Beata Söderberg

Beata Söderberg is a multifaceted musician who, besides the classical repertory, navigates elegantly between genres such as tango, baroque and folk music. As a soloist and chamber musician, she has toured and played in festivals all over Sweden and other parts of Europe, the US and Argentina. She has also been a guest teacher at the Kampala Music School, Uganda, and performed in Nepal at a charity event for the Pokhara School for underprivileged children.


With her Argentinean quintet, Justango, she has recorded five albums of her own tango music; she was nominated for the Premios Gardel Prize for best new artist and best new sound in tango in 2005.Beata is a highly appreciated chamber musician, praised for her emotive interpretations and warm sonority. She plays a cello by Francois Vial from 1920, and for baroque repertory a cello made by Swedish luthier Erik Sandström in 1775.

In the duo, Jean and the Mean Machine, Beata and the fiddler Jeanette Eriksson explore the Swedish folk music of Skåne and Östergötland and arrange traditional music in a free, dynamic style. In the productions of Frilansteatern, Beata performs as both actor and musician in these music-theatre plays for children. As a composer, Beata has, in addition to the music for her tango quintet, written music for choir and theatre, and vocal chamber music; she has recently finished her first opera.



Beata grew up in the countryside. She sang in a children's choir and learned to read music and play piano from her mother. At the age of eight she began to take cello lessons from Rune Andersson at a local music school. After high school, she entered the Royal College of Music, Stockholm, where she studied with Mats Rondin. In 1998 she moved to New York to study for her Master's degree as a scholarship student at the Manhattan School of Music, tutored by Julia Lichten and David Geber. She graduated in 2002. Other teachers included Isidore Cohen, Nathan Stutch, Nathanael Rosen, Ann Wallström, Staffan Scheja and Kenneth Cooper. She has taken master classes with Truls Mork and Lynn Harrell.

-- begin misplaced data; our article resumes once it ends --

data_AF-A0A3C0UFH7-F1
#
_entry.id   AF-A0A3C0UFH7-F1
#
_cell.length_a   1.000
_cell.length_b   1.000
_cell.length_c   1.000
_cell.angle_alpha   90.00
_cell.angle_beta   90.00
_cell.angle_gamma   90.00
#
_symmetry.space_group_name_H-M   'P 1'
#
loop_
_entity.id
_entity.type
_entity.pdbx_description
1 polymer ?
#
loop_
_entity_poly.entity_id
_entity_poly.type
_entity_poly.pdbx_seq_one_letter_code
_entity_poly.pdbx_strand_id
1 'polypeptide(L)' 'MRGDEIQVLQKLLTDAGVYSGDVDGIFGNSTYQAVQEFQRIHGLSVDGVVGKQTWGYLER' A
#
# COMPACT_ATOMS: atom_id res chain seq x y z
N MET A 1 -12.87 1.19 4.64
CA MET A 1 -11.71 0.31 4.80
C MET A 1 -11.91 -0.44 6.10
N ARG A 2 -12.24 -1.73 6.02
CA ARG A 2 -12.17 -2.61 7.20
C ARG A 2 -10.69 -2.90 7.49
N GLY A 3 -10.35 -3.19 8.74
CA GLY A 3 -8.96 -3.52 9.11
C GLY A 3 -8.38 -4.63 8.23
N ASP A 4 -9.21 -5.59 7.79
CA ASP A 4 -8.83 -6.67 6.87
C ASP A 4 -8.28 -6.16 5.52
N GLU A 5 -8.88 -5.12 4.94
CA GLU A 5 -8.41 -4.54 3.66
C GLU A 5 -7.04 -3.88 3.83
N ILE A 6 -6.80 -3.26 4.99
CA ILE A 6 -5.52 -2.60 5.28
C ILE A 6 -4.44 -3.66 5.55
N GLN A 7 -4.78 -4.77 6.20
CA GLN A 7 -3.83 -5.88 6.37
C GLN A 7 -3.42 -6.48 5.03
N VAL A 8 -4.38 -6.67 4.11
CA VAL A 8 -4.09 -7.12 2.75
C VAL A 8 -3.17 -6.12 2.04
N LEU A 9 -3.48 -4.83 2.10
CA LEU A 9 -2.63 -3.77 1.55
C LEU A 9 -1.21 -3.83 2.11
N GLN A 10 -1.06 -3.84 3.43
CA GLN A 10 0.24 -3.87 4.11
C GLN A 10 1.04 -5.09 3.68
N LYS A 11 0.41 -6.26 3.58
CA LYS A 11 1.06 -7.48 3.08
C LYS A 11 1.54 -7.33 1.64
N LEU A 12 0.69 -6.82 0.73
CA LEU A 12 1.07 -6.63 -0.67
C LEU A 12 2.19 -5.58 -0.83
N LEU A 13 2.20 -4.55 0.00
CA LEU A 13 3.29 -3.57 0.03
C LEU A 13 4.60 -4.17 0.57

Beata has received prizes and stipends from Musikaliska Akademien, the Sweden-America Foundation, Stim and Konstnärsnämnden, among others. She is regularly engaged as a cellist in Swedish orchestras, such as the Swedish Radio Symphony Orchestra, Dalasinfoniettan, Musica Vitae, Drottningholms Baroque Ensemble and Norrlandsoperan, and she often participates as both arranger and musician in studio recordings.